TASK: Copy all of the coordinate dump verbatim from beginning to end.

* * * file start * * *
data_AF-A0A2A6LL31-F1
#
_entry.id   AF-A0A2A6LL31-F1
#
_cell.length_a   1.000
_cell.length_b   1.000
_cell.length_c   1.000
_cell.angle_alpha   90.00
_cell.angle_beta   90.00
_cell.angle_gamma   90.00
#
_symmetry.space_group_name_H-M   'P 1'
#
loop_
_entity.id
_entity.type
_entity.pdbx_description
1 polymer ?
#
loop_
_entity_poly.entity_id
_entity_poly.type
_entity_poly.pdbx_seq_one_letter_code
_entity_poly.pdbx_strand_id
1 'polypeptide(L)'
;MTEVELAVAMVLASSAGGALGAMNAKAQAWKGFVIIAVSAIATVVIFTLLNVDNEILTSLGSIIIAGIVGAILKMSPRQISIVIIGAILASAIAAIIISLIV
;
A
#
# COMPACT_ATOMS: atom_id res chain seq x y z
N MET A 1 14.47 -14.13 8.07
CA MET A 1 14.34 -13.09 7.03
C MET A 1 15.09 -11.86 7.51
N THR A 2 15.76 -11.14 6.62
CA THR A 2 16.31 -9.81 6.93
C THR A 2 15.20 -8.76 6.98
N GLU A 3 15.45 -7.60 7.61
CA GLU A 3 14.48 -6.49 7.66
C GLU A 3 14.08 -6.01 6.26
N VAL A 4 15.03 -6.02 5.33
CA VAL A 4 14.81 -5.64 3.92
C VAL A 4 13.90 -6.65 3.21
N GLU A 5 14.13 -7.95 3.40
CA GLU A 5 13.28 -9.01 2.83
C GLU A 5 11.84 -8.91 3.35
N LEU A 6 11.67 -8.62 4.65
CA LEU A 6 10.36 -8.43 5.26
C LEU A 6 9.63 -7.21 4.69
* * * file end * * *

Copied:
data_AF-A0A2A6LL31-F1
#
_entry.id   AF-A0A2A6LL31-F1
#
_cell.length_a   1.000
_cell.length_b   1.000
_cell.length_c   1.000
_cell.angle_alpha   90.00
_cell.angle_beta   90.00
_cell.angle_gamma   90.00
#
_symmetry.space_group_name_H-M   'P 1'
#
loop_
_entity.id
_entity.type
_entity.pdbx_description
1 polymer ?
#
loop_
_entity_poly.entity_id
_entity_poly.type
_entity_poly.pdbx_seq_one_letter_code
_entity_poly.pdbx_strand_id
1 'polypeptide(L)'
;MTEVELAVAMVLASSAGGALGAMNAKAQAWKGFVIIAVSAIATVVIFTLLNVDNEILTSLGSIIIAGIVGAILKMSPRQISIVIIGAILASAIAAIIISLIV
;
A
#
# COMPACT_ATOMS: atom_id res chain seq x y z
N MET A 1 14.47 -14.13 8.07
CA MET A 1 14.34 -13.09 7.03
C MET A 1 15.09 -11.86 7.51
N THR A 2 15.76 -11.14 6.62
CA THR A 2 16.31 -9.81 6.93
C THR A 2 15.20 -8.76 6.98
N GLU A 3 15.45 -7.60 7.61
CA GLU A 3 14.48 -6.49 7.66
C GLU A 3 14.08 -6.01 6.26
N VAL A 4 15.03 -6.02 5.33
CA VAL A 4 14.81 -5.64 3.92
C VAL A 4 13.90 -6.65 3.21
N GLU A 5 14.13 -7.95 3.40
CA GLU A 5 13.28 -9.01 2.83
C GLU A 5 11.84 -8.91 3.35
N LEU A 6 11.67 -8.62 4.65
CA LEU A 6 10.36 -8.43 5.26
C LEU A 6 9.63 -7.21 4.69